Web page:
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When I was in training in the US military, we “endured” hour after hour of indoctrination on survival and how to eliminate (aka “kill”) the enemy—an ethnic group I had never met in my life! Since I never was much of a “killer” it became obvious to the management (although I was given a medal as a “sharp shooter”), I’d better serve the “cause” if I were placed behind (at the time) a typewriter, rather than a rifle; although that option remained a present danger for me and all of us. I was impressed, however, with the overall success of the indoctrination, coupled with the intensity of the schedule—putting it mildly, the US military had it down; they knew what worked and what didn’t. Indeed, we were involved in a major “group think” effort that boggled the mind; and, if you from time to time “got out of line,” you would quickly be reminded through various activities that put you back on course, lest you forget how, where, when, why and in what manner you should be acting! A somewhat unforgettable experience. The distinction between one’s “ministry” and the Ekklesia experience must be kept in view here. If you would, the “civilian life” is akin to the Ekklesia; whereas military training can be likened to “ministry.” I know, a shockingly stark illustration—but it serves the purpose. There is a difference—a somewhat immense difference, come to think of it. The ministry experienced at a Bible Institute, for example, is done in accordance with the dictum of that school—whereas, the schedule of someone who longs for the experience of Ekklesia should be very different. If you find yourself grossly involved in what purports to be an Ekklesia, enduring hour after hour of “training” and lectures from the “group’s” leadership—you’re probably not in an Ekklesia, but engrossed in someone’s ministry. Now, if the leadership of said group is clever enough—they will try to align your little Ekklesia experience with that of their ministry’s experience. Let me illustrate: Initially, you find yourself at someone’s home gathering; let’s say, and after several hours of casual eating, accompanied by fellowship, prayer, worship, along with some Bible study shared by a multiplicity of brethren – then a “ministry hour” is held by an instructor of sorts. There’s clearly a demarcation in the timing of said “teaching”—and it is even declared as a time of “ministry” by the brother teaching. That may certainly take place; however, may I suggest that the proximity to an Ekklesia-style gathering—that is, “ministry” immediately following, by dent of its timing—inadvertently demands those gathering for the Ekklesia wherein all may share “one by one” and where “each one has” are not subjected (if you would) to the singularity of someone’s ministry. NOT FAIR! Why do I say this? Because the very purpose of a gathering of the Ekklesia is designed for general participation and contribution—whereas, the purpose of ministry is for (now don’t get upset with me here) INDOCTRINATION or, better said, personal edification by a pastor-teacher, evangelist, apostle, and/or even a prophet. Again, don’t get me wrong here. Gifted members of the Body of Christ—apostles, prophets, evangelists, pastors-teachers – or those identified as “workers of miracles” or having “gifts of healing” (1 Cor. 12:29-30) or other manifestations such as “a word of wisdom” or “the word of knowledge” or the manifestation of “faith” or of “tongues and interpretation” (1 Cor. 12:4-11)—such gifts and gifted ones can and should be manifested in part and/or in whole at a gathering of the Ekklesia – but the overall “appearance” of an Ekklesia gathering is not eclipsed by the endeavors of gifted ones nor of any one gift so manifesting! Thus, the proximity of a “minister/ministry” adjacent to an Ekklesia-style gathering should be avoided. God’s people need to come to grips with: “For as we have many members in one body, but all the members do not have the same function . . . having then gifts differing according to the grace that is given to us, LET US USE THEM: if prophecy, LET US PROPHESY in proportion to our faith; or ministry, LET US USE IT in our ministering; who who teaches, IN TEACHING; he who exhorts, IN EXHORTATION; he who gives, with liberality; he who leads, WITH DILIGENCE; he who shows mercy, with cheerfulness” (Rom. 12:5-8). How will the Ekklesia have growing participation if, once again, the “pulpit/pew” becomes the norm? How will God’s people learn to FUNCTION if there is not abundant opportunity to do so. The Body of Christ has MANY MEMBERS and they all do NOT have the same function; however, the way things are today one should consider the current expression of the Body is this HUGE MOUTH committed to the pastor/priest-teacher who is given the main platform at all our “services”—services, which we will soon discover in a later chapter, have their roots in Medieval Christianity wherein tradition has bound us all! Let me clarify: An evangelist does not leave his/her gift at the door upon entering an Ekklesia-style gathering. For example, the ministry of a gifted prophet will from time to time within the context of an Ekklesia manifest his/her gift. I can’t imagine that Philip, the Evangelist, and his four virgin daughters . . . “. . . the house of Philip the evangelist, who was one of the seven, and stayed with him. Now this man had four virgin daughters who prophesied” (Acts 21:8-9) simply sat around without exercising their gifts of evangelism and prophetic utterance while gathering with the saints in Philip’s house? Do you think? I doubt you could shut them up—for these gifted ones would “minister” whenever and wherever they found themselves . . . but, again, there’s a time and place for such “indoctrination” and/or singularity of the manifestation of a gift. How About “Deliverance Ministry?” Incidentally, issues of “deliverance” and of “casting out of demons” within the context of the New Testament experience, aside from the gospels (Matt. 4:23-24; Mark 5; Luke 9-10); and some mentioning in Acts 19:13-20; and although . . . “These signs shall follow them that believe” (Mark 16:17, KJV). “The Lord working with them and confirming the word with signs following” (Mark 16:20, KJV). The deliverance ministry is intended to follow the teaching and preaching of the cross. (I am aware that the validity of the texts just cited is questioned by some, but the principles inherent in them are underlined elsewhere in the Scripture: Acts 8:1-7; 1 Corinthians 2:1-5; Hebrews 2:4.) (From: “Dangers in the Deliverance Ministry” by K. Neill Foster of the Alliance World Fellowship) . . . . . . such “deliverance ministry” is virtually non-existent within the context of an Ekklesia gathering and is certainly not mentioned, per se, as one of the “manifestations of the Spirit” (1 Cor. 12:7). Tragically, there are some who use Paul’s recitation of: “My preaching was not with enticing words of man’s wisdom, but in demonstration of the Spirit and of power” (1 Corinthians 2:4) to highlight their own abilities; thereby, gaining authority and blatant control over their adherents.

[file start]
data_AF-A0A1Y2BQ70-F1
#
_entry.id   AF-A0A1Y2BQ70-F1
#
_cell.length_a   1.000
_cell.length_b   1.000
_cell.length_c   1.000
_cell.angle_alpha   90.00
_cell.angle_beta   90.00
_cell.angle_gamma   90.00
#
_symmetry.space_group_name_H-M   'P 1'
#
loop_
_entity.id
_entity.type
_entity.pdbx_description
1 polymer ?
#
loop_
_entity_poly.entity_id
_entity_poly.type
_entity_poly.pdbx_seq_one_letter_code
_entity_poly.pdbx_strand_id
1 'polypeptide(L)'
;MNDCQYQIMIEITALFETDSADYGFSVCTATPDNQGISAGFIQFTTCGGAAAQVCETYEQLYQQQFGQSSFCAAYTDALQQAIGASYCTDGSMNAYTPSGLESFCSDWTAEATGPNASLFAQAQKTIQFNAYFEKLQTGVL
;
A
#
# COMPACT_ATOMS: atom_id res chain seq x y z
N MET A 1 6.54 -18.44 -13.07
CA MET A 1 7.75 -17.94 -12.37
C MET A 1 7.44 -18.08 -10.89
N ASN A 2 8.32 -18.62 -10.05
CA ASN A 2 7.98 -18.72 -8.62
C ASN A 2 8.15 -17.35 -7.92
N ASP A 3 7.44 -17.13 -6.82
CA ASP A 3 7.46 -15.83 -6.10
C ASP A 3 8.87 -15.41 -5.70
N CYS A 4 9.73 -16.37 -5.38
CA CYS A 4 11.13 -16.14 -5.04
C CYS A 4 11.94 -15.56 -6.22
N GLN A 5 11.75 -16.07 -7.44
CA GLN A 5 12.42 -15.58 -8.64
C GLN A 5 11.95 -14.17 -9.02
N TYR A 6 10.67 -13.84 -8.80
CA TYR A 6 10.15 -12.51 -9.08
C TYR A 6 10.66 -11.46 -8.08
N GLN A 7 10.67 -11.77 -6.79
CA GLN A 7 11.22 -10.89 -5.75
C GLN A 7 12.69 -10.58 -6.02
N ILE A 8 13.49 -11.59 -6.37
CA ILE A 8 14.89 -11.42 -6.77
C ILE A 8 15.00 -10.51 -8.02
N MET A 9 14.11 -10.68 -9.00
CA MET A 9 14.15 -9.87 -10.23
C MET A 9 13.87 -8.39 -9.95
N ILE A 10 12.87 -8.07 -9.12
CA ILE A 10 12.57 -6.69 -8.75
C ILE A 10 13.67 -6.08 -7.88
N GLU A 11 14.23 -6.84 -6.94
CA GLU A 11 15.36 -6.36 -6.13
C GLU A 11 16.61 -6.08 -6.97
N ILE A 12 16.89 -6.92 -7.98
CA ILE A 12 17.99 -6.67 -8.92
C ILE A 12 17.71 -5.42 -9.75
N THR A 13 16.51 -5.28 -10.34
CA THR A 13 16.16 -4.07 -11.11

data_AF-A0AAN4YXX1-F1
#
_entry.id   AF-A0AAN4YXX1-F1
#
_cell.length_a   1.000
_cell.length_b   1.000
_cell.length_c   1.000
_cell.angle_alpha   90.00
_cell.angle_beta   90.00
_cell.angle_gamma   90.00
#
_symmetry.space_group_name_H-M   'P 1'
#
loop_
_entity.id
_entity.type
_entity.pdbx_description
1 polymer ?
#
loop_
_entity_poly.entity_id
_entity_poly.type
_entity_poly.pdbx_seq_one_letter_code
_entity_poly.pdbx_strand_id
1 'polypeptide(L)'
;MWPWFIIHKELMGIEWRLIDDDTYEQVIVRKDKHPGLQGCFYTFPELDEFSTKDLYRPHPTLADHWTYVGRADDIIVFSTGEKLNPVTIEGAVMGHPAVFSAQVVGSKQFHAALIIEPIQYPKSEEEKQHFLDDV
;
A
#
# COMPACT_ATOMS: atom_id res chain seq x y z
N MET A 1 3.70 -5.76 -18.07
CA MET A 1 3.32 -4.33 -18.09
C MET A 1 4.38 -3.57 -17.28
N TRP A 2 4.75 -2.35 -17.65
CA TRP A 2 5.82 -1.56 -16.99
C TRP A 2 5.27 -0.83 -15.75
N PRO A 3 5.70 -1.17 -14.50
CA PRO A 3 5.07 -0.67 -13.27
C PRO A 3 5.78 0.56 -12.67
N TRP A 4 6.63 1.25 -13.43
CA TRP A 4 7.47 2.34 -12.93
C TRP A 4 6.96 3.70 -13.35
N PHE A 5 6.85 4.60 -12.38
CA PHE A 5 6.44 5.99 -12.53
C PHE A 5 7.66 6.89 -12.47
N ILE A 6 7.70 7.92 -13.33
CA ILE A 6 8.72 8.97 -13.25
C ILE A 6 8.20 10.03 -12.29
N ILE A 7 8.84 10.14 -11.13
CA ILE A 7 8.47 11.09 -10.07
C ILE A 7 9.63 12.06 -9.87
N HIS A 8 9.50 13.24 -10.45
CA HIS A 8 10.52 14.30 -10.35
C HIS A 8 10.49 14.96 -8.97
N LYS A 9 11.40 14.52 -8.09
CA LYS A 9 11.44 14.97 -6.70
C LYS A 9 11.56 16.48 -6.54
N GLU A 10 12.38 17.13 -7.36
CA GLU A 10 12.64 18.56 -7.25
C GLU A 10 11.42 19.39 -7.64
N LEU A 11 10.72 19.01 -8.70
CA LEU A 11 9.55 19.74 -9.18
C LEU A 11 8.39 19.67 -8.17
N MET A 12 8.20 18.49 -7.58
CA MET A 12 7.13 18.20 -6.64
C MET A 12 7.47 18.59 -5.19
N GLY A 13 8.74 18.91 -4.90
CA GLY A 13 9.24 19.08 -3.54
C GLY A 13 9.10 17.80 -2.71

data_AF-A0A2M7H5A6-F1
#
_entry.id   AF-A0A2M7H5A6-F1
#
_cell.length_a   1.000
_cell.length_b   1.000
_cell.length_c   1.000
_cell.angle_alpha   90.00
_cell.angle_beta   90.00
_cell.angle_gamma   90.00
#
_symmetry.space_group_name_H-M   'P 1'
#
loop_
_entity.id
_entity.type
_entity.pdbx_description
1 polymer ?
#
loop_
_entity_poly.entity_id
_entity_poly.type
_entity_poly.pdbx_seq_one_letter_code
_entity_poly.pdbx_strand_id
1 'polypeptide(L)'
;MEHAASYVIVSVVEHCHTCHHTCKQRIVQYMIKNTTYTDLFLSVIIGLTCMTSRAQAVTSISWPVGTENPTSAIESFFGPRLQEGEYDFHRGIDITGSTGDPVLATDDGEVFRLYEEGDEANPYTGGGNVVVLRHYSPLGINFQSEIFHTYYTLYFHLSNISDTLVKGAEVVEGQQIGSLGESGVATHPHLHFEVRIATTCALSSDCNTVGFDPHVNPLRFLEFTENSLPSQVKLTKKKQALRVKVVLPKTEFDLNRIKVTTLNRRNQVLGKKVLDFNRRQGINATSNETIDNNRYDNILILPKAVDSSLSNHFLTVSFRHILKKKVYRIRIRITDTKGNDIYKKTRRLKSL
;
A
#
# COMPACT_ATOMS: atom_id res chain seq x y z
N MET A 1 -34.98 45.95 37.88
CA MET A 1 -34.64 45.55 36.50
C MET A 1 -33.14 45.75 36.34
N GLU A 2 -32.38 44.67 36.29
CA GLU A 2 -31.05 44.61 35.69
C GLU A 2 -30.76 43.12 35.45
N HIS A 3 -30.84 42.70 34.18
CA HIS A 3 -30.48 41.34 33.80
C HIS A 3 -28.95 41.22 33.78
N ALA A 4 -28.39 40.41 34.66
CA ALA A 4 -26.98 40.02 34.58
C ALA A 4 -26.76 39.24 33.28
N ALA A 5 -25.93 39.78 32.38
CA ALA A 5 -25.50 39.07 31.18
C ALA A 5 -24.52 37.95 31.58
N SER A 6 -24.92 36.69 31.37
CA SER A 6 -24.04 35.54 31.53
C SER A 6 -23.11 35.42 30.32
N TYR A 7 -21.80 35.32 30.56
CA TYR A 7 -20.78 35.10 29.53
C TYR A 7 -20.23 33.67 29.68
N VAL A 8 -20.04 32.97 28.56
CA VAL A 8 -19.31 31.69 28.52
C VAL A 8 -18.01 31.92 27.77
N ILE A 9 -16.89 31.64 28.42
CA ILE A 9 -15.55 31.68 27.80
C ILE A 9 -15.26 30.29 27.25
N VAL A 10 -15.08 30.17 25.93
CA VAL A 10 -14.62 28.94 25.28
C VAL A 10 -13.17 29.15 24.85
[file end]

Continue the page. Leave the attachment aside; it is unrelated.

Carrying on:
The “indoctrination” of “specialized teachings” and “ministry” which draw attention to the gift—not the Giver—borders at times on idolatry whereby just as Simon Magus (Acts 8:9-24) sought to obtain the power of the Holy Spirit akin to Peter’s empowerment, and was summarily chastised for such a foolhardy effort, parallels those who justify their own efforts to “desire spiritual gifts” (1 Cor. 14:1) not realizing we should “especially” seek after the spiritual gift to “prophesy” (1 Cor. 14:1) for “he who prophesies speaks edification and exhortation and comfort to men” – and this is spoken of immediately after Paul’s “more excellent way” of LOVE in 1 Cor. 13! Frankly, if anyone “stands out” at an Ekklesia, it should be inadvertent. ALL CAN PROPHESY—not just an elite few. That smarts with the Simon Magus types and may do some damage to the ego of certain gifted ones—but the “atmosphere” of an Ekklesia IS THE EKKLESIA, not Simon Magus, nor Doug Krieger, nor any one superlative individual with the gift of healing or someone running around prophesying over folks . . . can you follow me? Our attention should be focused upon the Lord Jesus Christ. I find it a bit disconcerting to behold the “ministry of deliverance” DURING an Ekklesia and the apparent “Special Knowledge” accorded the “exorcist” to perform the exorcism. Whenever such “specialists” show up to exercise their spiritual gift, it should be done without fanfare and without drawing attention to either the individual being exorcised and, especially, not to the one(s) involved in the deliverance. Again, if such “manifestations” were accorded such prominence, then why is this “alleged gift” of deliverance wholly omitted from the only abundant example found of an Ekklesia gathering in the New Testament—i.e., 1 Corinthians 11-14? Think about it. “Once Saved Always Saved” in our Church, Group, Click You can readily tell you’re not gathering as an Ekklesia if your big or little group somehow has achieved “exclusive rights” for doling out “salvation tickets.” In other words, you can’t participate in the “salvation raffle” unless you get a ticket at the door of the gathering—once you get a ticket, you enter into the bliss of our corner on salvation . . . but, once you leave the group by “hook or by crook” you leave your salvation experience. Some “churches” out there have the uncanny notion that without formal membership in their group—either through “confirmation” – “baptism” or some other methodology—you’re not saved, you’re not a part of the “chosen few” – because you haven’t been initiated into the group—THAT IS NOT AN EKKLESIA! Some churches actually initiate formal membership as a “covenant procedure” whereby the would-be member undergoes, not only a membership class, but must SIGN a document (virtually in blood) whereby they promise to swear allegiance to that particular church—somehow that church is able to squeeze such a “covenant relationship” out of their Bible’s amplified version. I am bemused at Protestants who accord as much, even at times more, significance to the “salvation experience” confined to their church roles—i.e., unless you are a member of “my church” you are not likely to experience heaven’s bliss! Face it: A doctrine, a church, a group of individuals did NOT save you, a Person did, and His Name is Jesus, having wrought so great a salvation by giving you the New Birth by the Spirit of Him Who raised Christ from the dead! As they say: “Being born in a barn doesn’t make you a chicken” - even so, being “born into the church” does not a Christian make. It is the Holy Spirit Who anoints and chooses—not the “Church of the Immaculate Perception” nor some “all-seeing Eye.” Playing God and determining who is and isn’t worthy of salvation is idolatrous. Jeremiah 17:10 still stands today: “I, the Lord, search the heart, I test the mind, Even to give every man according to his ways, According to the fruit of his doings.” We don’t determine salvation’s gift—“it is the gift of God, not of works, lest any man should boast” (Eph. 2:8-9).